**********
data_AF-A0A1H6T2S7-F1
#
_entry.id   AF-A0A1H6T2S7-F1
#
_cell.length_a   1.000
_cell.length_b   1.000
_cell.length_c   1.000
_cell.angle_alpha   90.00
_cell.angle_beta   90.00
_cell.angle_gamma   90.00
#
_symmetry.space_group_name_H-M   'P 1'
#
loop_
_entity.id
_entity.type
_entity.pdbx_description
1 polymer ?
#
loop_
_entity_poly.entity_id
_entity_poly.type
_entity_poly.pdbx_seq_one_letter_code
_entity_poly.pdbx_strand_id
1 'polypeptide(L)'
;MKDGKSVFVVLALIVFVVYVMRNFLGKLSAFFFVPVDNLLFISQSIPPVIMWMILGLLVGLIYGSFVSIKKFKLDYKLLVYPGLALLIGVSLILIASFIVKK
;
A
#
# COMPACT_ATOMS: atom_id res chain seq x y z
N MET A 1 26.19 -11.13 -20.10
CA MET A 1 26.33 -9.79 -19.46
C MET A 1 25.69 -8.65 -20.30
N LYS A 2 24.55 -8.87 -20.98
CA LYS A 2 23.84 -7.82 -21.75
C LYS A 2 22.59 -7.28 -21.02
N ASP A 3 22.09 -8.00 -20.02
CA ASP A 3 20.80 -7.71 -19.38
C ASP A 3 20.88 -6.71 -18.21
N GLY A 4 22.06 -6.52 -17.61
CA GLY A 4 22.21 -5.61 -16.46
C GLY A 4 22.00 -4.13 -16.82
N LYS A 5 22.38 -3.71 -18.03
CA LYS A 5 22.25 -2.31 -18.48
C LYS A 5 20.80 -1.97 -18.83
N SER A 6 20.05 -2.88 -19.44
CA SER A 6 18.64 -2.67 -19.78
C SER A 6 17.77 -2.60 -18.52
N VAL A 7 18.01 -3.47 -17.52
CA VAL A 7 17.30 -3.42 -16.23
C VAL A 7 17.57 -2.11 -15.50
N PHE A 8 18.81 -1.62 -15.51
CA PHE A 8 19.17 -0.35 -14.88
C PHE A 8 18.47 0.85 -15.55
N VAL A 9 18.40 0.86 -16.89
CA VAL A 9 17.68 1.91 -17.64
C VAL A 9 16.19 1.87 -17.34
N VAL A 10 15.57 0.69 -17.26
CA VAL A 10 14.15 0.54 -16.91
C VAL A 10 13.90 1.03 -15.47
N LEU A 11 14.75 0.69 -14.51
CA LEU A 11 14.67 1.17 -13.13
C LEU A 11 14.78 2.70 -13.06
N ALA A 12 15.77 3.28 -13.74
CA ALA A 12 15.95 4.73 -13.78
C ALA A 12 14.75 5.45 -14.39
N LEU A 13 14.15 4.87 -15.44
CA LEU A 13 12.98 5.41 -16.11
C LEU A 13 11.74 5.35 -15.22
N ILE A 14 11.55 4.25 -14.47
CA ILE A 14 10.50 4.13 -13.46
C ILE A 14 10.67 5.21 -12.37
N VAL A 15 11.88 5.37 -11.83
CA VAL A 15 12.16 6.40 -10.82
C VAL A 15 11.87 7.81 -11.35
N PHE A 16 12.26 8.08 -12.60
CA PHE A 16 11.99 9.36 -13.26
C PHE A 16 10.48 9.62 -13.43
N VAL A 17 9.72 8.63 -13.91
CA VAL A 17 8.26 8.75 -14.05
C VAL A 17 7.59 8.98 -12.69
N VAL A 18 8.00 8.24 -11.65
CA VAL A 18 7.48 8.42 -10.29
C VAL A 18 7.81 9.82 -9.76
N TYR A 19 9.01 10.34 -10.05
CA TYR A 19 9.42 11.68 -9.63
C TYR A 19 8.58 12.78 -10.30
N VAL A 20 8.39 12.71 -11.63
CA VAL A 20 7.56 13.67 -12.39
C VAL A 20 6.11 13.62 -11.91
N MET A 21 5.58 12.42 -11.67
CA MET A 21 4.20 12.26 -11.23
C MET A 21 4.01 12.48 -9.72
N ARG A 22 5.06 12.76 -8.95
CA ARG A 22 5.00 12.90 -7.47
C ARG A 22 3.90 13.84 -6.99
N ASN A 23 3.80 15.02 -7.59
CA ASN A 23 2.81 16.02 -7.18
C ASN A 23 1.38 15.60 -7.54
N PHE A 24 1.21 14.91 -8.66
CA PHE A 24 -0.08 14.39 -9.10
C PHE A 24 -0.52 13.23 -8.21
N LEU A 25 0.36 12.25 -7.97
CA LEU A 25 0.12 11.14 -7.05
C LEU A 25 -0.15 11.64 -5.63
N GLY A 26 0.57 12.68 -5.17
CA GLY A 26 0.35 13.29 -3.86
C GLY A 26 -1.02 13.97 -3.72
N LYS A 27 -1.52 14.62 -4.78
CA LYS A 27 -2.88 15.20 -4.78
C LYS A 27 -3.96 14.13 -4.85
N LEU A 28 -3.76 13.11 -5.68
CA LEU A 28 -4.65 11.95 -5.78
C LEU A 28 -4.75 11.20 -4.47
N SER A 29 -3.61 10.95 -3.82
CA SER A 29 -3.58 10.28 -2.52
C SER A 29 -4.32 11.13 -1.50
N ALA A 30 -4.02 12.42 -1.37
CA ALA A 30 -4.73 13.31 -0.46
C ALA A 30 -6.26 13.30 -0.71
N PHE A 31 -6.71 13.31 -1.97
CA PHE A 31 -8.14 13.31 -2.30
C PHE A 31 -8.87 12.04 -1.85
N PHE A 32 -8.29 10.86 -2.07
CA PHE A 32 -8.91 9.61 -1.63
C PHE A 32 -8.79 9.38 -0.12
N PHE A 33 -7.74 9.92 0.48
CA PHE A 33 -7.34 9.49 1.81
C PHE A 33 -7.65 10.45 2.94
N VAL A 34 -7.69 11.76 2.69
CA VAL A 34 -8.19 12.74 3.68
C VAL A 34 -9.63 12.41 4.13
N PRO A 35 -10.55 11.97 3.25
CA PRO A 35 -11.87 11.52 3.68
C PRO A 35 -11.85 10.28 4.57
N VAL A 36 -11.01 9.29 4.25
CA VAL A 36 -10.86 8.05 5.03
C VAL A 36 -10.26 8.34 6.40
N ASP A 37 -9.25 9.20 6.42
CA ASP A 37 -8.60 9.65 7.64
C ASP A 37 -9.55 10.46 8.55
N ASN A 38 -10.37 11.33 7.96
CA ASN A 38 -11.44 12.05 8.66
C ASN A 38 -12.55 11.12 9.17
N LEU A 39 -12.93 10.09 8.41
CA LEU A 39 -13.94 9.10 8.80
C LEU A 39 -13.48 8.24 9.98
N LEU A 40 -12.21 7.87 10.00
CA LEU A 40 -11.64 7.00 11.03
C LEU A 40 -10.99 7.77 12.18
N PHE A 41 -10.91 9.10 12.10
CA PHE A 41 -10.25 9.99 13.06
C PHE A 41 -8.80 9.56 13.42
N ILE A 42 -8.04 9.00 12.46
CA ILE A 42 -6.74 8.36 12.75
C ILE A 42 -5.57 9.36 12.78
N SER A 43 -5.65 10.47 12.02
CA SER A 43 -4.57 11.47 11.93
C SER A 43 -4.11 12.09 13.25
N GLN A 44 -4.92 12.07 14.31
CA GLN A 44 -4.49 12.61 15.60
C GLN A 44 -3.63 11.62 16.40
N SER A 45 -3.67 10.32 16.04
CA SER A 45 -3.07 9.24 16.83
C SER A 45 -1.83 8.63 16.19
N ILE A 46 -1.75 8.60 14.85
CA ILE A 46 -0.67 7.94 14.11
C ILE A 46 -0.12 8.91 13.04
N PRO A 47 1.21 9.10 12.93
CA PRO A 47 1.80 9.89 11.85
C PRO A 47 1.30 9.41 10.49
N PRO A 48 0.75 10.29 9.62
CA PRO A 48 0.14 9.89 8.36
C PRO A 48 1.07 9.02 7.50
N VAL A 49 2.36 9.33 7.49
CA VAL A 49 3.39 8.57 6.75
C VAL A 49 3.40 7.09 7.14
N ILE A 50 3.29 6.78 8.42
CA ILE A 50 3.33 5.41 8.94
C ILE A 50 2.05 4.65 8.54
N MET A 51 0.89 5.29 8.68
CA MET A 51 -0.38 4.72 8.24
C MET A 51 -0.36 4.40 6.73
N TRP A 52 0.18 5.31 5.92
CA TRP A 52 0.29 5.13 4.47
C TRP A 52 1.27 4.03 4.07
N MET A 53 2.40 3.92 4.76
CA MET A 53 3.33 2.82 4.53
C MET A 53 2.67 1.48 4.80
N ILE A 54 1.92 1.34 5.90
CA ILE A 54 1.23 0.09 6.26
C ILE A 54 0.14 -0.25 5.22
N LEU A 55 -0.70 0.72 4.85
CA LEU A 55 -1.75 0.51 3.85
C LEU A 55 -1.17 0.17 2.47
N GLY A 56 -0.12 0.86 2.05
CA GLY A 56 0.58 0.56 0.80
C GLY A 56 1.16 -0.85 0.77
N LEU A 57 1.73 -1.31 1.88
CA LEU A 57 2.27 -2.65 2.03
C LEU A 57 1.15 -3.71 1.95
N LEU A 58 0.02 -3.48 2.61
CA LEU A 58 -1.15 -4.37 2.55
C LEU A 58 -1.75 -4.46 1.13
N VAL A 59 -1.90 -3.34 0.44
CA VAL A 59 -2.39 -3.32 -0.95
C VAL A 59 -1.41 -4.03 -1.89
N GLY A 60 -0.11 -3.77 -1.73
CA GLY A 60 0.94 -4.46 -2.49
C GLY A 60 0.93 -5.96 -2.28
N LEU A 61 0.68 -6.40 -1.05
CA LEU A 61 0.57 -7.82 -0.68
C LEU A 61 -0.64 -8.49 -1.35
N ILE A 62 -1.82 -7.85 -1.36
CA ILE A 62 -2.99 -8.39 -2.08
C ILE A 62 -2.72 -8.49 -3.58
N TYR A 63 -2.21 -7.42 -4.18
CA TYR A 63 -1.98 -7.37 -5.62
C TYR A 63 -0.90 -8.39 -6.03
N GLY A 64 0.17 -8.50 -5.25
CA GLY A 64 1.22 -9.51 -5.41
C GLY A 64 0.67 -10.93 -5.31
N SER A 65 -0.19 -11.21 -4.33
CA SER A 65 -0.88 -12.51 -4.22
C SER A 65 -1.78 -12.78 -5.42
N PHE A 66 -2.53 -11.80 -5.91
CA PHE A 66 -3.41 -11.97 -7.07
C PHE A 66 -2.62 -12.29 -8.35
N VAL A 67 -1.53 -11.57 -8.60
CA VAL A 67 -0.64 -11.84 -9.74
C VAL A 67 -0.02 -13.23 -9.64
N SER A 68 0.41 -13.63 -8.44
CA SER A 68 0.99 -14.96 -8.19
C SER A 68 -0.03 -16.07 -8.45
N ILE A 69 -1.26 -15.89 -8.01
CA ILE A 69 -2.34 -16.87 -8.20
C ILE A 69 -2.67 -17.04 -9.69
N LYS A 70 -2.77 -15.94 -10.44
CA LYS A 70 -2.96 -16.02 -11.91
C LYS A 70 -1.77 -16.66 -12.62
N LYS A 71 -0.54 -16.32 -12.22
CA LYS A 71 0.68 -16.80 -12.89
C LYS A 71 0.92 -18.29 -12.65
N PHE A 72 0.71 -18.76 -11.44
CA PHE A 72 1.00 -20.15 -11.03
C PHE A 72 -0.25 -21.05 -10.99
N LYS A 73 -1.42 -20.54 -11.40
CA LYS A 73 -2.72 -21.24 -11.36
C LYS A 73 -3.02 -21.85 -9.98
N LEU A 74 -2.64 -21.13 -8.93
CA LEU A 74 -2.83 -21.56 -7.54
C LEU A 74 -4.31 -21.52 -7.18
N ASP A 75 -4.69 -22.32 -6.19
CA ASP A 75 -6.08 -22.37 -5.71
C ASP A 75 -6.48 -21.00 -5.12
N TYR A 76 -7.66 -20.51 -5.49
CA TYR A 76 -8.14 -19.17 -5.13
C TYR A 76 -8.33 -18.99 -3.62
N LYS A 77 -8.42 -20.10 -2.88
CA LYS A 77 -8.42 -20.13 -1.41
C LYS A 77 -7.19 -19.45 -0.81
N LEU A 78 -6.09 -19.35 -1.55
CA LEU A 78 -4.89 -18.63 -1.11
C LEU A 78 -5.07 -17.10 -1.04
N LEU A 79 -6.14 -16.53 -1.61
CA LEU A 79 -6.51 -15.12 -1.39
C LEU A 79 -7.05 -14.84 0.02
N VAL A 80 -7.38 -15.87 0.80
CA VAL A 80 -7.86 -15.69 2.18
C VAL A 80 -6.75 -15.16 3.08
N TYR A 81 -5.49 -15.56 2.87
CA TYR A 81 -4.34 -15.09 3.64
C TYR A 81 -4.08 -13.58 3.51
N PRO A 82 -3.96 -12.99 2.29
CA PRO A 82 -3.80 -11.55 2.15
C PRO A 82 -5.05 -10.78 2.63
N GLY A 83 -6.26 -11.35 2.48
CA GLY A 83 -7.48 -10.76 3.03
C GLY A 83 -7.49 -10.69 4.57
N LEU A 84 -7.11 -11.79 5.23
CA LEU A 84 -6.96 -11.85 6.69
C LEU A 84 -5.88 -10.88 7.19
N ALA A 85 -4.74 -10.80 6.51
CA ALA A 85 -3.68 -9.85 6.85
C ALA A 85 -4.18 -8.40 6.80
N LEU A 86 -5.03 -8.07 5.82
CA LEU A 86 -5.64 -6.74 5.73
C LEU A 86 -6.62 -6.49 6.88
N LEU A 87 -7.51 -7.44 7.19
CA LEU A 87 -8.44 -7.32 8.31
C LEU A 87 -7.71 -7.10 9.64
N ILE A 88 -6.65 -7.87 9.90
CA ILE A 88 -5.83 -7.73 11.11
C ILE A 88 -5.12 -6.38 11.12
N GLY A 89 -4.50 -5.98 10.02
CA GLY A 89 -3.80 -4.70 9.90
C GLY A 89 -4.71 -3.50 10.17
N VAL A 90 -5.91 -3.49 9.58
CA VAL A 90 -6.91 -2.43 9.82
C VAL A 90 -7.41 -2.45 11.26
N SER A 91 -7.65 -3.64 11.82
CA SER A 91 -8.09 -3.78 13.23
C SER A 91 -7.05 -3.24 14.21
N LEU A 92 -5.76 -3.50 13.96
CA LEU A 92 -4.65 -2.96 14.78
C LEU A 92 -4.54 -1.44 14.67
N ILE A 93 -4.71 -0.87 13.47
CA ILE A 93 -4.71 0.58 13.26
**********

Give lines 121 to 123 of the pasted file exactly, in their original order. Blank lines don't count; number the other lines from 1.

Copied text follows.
N PHE A 31 -6.71 13.31 -1.97
CA PHE A 31 -8.14 13.31 -2.30
C PHE A 31 -8.87 12.04 -1.85